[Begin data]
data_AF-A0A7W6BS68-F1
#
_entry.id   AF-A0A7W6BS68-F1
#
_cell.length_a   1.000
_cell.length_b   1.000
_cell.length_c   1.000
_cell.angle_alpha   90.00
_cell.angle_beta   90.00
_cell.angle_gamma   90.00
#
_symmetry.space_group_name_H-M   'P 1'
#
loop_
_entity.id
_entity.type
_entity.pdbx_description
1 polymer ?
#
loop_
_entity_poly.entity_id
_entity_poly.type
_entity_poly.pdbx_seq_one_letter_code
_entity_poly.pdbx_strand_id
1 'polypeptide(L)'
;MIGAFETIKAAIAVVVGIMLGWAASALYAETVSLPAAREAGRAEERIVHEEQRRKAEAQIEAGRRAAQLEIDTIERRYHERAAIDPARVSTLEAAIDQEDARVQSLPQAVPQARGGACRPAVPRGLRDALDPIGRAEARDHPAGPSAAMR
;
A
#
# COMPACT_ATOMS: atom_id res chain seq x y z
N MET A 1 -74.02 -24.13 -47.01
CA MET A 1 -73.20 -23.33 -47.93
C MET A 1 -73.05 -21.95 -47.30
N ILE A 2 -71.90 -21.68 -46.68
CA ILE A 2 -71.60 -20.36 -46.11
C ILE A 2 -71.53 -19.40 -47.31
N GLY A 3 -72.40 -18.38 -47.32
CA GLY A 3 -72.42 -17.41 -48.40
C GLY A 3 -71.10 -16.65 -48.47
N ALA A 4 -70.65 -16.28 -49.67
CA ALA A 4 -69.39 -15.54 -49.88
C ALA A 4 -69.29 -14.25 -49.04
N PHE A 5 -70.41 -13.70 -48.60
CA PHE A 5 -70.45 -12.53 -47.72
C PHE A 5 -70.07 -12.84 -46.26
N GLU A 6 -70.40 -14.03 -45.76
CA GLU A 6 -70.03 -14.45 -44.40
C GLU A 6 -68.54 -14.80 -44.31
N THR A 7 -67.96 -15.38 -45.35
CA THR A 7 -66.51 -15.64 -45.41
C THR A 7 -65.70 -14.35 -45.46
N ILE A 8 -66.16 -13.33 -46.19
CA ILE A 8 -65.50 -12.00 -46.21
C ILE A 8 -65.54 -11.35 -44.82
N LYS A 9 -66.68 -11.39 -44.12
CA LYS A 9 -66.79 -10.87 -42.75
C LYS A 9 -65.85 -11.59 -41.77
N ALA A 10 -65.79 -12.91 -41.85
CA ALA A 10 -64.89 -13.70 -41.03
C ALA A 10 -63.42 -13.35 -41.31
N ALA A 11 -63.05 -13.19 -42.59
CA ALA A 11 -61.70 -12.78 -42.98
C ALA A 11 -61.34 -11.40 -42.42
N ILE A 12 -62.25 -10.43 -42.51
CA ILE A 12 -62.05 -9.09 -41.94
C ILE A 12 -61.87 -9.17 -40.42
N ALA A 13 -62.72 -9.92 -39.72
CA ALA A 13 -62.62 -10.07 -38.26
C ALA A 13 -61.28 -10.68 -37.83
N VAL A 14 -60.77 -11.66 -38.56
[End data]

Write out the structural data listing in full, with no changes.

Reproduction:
data_AF-A0A7W6BS68-F1
#
_entry.id   AF-A0A7W6BS68-F1
#
_cell.length_a   1.000
_cell.length_b   1.000
_cell.length_c   1.000
_cell.angle_alpha   90.00
_cell.angle_beta   90.00
_cell.angle_gamma   90.00
#
_symmetry.space_group_name_H-M   'P 1'
#
loop_
_entity.id
_entity.type
_entity.pdbx_description
1 polymer ?
#
loop_
_entity_poly.entity_id
_entity_poly.type
_entity_poly.pdbx_seq_one_letter_code
_entity_poly.pdbx_strand_id
1 'polypeptide(L)'
;MIGAFETIKAAIAVVVGIMLGWAASALYAETVSLPAAREAGRAEERIVHEEQRRKAEAQIEAGRRAAQLEIDTIERRYHERAAIDPARVSTLEAAIDQEDARVQSLPQAVPQARGGACRPAVPRGLRDALDPIGRAEARDHPAGPSAAMR
;
A
#
# COMPACT_ATOMS: atom_id res chain seq x y z
N MET A 1 -74.02 -24.13 -47.01
CA MET A 1 -73.20 -23.33 -47.93
C MET A 1 -73.05 -21.95 -47.30
N ILE A 2 -71.90 -21.68 -46.68
CA ILE A 2 -71.60 -20.36 -46.11
C ILE A 2 -71.53 -19.40 -47.31
N GLY A 3 -72.40 -18.38 -47.32
CA GLY A 3 -72.42 -17.41 -48.40
C GLY A 3 -71.10 -16.65 -48.47
N ALA A 4 -70.65 -16.28 -49.67
CA ALA A 4 -69.39 -15.54 -49.88
C ALA A 4 -69.29 -14.25 -49.04
N PHE A 5 -70.41 -13.70 -48.60
CA PHE A 5 -70.45 -12.53 -47.72
C PHE A 5 -70.07 -12.84 -46.26
N GLU A 6 -70.40 -14.03 -45.76
CA GLU A 6 -70.03 -14.45 -44.40
C GLU A 6 -68.54 -14.80 -44.31
N THR A 7 -67.96 -15.38 -45.35
CA THR A 7 -66.51 -15.64 -45.41
C THR A 7 -65.70 -14.35 -45.46
N ILE A 8 -66.16 -13.33 -46.19
CA ILE A 8 -65.50 -12.00 -46.21
C ILE A 8 -65.54 -11.35 -44.82
N LYS A 9 -66.68 -11.39 -44.12
CA LYS A 9 -66.79 -10.87 -42.75
C LYS A 9 -65.85 -11.59 -41.77
N ALA A 10 -65.79 -12.91 -41.85
CA ALA A 10 -64.89 -13.70 -41.03
C ALA A 10 -63.42 -13.35 -41.31
N ALA A 11 -63.05 -13.19 -42.59
CA ALA A 11 -61.70 -12.78 -42.98
C ALA A 11 -61.34 -11.40 -42.42
N ILE A 12 -62.25 -10.43 -42.51
CA ILE A 12 -62.05 -9.09 -41.94
C ILE A 12 -61.87 -9.17 -40.42
N ALA A 13 -62.72 -9.92 -39.72
CA ALA A 13 -62.62 -10.07 -38.26
C ALA A 13 -61.28 -10.68 -37.83
N VAL A 14 -60.77 -11.66 -38.56